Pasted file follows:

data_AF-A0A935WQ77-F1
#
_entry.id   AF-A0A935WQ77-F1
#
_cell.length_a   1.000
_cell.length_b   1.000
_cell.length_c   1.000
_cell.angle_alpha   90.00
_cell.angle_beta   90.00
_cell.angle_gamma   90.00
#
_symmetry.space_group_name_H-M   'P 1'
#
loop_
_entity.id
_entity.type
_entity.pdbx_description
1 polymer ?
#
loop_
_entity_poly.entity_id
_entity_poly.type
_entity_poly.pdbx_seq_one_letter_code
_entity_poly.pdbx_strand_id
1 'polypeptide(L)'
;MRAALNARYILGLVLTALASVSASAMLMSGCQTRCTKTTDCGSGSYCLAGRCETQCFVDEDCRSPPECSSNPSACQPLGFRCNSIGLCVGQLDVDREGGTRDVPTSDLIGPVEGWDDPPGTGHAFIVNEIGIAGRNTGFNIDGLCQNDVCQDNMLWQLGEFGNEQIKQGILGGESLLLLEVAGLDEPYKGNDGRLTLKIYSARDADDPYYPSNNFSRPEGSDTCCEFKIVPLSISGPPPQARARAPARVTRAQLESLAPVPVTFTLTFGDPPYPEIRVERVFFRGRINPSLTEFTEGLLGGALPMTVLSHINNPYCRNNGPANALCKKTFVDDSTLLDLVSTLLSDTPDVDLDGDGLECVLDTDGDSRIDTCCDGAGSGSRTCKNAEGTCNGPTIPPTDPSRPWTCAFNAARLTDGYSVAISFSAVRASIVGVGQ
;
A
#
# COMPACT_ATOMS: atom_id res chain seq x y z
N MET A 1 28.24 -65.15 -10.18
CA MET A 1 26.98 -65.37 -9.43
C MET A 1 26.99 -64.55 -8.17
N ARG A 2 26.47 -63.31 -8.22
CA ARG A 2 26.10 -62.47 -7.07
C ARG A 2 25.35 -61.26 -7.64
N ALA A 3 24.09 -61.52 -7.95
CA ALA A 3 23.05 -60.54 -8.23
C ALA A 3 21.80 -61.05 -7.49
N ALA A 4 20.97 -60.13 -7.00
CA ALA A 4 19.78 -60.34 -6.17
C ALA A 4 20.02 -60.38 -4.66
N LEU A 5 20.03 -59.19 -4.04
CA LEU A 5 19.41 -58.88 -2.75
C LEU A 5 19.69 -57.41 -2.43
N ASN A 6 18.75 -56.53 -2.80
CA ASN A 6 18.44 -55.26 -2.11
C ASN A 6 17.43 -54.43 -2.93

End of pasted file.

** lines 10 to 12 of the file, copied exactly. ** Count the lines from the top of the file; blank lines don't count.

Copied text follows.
_cell.angle_gamma   90.00
#
_symmetry.space_group_name_H-M   'P 1'